• find something out (or find out about something)

    • Discover a fact.

      ‘he hadn't time to find out what was bothering her’
      • ‘Institutions of higher learning need professionals possessed of just such a ‘determination to find things out,’ whether they succeed or not.’
      • ‘Wiseman said: ‘It's quite crazy the fact that we just found out about the plans by chance.’’
      • ‘So the incident was covered up until a few local veteran detectives found out about it and decided to act.’
      • ‘It would be good if your boys did not find out about it, but the fact of the relationship does not make your life ‘a lie.’’
      • ‘Adam felt like there was something Lance wasn't telling him, but he figured finding it out could wait.’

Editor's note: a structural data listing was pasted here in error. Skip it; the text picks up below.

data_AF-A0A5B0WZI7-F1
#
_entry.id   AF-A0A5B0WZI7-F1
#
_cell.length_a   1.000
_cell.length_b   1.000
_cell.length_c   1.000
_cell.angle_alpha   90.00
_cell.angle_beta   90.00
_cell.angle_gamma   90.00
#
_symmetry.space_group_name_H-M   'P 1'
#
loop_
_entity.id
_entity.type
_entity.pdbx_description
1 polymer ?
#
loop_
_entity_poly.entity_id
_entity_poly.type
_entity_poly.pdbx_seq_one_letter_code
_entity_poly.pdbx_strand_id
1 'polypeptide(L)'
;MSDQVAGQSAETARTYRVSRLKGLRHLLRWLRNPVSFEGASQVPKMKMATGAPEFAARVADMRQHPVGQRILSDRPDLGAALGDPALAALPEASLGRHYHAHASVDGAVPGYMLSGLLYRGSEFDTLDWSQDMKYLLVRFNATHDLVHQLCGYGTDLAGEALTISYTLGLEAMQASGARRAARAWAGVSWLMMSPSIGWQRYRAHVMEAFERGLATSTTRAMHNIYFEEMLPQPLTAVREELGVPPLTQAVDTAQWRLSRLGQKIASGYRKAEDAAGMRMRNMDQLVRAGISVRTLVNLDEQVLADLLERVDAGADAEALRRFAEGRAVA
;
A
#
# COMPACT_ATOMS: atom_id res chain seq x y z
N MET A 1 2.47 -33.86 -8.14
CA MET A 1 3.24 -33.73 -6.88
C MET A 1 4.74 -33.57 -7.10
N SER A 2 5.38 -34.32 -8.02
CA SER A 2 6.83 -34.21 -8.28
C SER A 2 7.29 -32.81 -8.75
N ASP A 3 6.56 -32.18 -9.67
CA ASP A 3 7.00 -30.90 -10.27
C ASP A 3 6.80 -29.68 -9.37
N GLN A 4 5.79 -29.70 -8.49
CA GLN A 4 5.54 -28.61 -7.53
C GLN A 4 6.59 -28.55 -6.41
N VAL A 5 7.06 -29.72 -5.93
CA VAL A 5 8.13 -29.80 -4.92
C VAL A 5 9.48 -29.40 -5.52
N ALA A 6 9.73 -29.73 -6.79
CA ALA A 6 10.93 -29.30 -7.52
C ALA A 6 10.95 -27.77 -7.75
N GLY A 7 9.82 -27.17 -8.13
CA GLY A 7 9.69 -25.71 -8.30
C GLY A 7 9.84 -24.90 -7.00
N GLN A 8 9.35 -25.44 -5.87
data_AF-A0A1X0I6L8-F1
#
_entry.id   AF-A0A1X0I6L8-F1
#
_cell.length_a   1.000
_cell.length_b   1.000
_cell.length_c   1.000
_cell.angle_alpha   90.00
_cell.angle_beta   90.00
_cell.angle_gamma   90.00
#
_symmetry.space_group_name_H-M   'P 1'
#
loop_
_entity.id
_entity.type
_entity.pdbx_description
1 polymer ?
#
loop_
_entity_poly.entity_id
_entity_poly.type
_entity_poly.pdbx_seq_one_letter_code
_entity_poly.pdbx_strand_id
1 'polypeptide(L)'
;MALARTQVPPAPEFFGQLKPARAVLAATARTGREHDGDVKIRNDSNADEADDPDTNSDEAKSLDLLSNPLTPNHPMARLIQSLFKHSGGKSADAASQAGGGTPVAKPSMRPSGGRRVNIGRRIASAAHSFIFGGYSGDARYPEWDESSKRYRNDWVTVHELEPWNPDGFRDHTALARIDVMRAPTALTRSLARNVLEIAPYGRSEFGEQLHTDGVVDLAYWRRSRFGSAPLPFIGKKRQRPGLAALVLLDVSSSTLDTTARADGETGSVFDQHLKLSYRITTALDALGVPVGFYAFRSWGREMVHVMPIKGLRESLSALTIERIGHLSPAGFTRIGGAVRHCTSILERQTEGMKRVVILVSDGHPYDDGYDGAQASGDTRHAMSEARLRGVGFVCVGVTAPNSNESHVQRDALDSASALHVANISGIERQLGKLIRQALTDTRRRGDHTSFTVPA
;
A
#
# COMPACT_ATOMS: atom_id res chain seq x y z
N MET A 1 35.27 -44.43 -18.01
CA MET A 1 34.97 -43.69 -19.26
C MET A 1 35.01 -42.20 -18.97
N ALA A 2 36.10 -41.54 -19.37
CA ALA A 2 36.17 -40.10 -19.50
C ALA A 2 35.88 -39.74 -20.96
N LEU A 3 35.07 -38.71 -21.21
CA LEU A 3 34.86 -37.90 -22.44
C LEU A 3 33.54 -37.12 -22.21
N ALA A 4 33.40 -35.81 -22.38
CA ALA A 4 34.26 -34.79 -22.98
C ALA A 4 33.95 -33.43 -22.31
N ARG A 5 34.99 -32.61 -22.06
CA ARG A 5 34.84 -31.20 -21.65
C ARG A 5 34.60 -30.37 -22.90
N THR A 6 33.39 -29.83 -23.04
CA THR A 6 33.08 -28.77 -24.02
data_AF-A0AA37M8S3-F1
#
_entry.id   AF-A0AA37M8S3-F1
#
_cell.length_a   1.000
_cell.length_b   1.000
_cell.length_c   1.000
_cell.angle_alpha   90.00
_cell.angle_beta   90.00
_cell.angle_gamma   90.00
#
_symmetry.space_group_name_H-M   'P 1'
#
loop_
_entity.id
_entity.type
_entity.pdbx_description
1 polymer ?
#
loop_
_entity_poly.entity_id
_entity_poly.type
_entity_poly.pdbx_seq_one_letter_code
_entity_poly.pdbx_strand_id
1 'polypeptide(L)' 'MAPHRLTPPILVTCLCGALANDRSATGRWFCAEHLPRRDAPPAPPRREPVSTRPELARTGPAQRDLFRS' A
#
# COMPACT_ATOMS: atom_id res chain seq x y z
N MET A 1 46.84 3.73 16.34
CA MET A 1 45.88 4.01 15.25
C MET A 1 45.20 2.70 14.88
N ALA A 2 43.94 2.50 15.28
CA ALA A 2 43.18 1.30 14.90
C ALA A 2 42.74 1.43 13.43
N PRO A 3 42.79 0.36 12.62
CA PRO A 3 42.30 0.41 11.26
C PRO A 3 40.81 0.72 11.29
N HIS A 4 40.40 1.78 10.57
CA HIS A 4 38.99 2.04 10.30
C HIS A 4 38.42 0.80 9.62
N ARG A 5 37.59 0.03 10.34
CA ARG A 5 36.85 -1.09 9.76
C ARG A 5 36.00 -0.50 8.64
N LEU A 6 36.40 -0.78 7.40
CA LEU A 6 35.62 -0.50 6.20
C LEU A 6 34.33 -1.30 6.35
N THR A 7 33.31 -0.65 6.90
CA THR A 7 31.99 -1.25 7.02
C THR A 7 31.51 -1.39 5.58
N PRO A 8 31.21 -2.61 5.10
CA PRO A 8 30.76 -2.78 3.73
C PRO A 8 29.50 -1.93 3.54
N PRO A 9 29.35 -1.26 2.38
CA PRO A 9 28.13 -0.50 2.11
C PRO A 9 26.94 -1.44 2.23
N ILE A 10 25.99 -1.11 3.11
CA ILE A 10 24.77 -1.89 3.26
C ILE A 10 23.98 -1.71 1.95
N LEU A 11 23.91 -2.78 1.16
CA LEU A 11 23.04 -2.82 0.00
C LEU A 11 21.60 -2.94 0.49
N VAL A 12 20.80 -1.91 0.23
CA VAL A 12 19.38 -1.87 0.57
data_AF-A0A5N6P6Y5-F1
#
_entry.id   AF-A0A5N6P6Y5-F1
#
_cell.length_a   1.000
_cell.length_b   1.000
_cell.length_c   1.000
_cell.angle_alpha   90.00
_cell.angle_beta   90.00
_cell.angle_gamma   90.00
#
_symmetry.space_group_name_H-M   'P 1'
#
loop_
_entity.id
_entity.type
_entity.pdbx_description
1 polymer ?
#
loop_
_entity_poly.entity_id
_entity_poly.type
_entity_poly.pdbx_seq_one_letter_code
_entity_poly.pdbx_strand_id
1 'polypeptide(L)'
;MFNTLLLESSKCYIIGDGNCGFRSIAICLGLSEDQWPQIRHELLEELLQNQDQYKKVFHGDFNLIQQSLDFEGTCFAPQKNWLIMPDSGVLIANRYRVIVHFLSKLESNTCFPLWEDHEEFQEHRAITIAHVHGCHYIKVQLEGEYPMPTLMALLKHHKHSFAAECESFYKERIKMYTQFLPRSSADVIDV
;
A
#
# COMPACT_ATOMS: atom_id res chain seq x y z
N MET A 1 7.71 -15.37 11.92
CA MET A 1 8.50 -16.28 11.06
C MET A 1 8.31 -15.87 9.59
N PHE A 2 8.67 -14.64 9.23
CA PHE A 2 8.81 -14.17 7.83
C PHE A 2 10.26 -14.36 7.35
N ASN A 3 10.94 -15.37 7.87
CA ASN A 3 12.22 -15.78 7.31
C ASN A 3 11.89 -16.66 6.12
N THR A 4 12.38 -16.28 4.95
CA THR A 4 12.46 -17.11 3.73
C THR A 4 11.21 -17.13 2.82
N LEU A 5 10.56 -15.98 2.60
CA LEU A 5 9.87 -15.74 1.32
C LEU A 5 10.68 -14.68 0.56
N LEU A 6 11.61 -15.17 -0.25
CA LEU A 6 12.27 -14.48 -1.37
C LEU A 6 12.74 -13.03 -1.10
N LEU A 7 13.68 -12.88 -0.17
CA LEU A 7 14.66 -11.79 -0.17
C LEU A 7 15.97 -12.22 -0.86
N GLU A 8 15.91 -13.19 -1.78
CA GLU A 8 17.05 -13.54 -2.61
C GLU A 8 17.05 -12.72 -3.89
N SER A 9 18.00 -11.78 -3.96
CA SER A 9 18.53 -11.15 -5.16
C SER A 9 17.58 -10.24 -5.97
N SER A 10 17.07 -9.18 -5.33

• ‘However, as he gets older and the risks are more serious, it becomes inevitable that his secret will be found out.’
      • ‘My friend found this fact out when this god-like figure told her so in a few choice words.’
      • ‘In fact, she only found out about the call-up after looking on the website of the sport's governing body.’
      • ‘In fact without that check-up I may not have found out about it at all because there are no symptoms.’
      • ‘When Lucas found this fact out, he climbed onto my lap.’
      discover, become aware, learn, detect, discern, perceive, observe, notice, note, come to know, get to know, work out, deduce, fathom out, realize
      View synonyms

Origin

Old English findan, of Germanic origin; related to Dutch vinden and German finden.

Pronunciation

find

/fʌɪnd/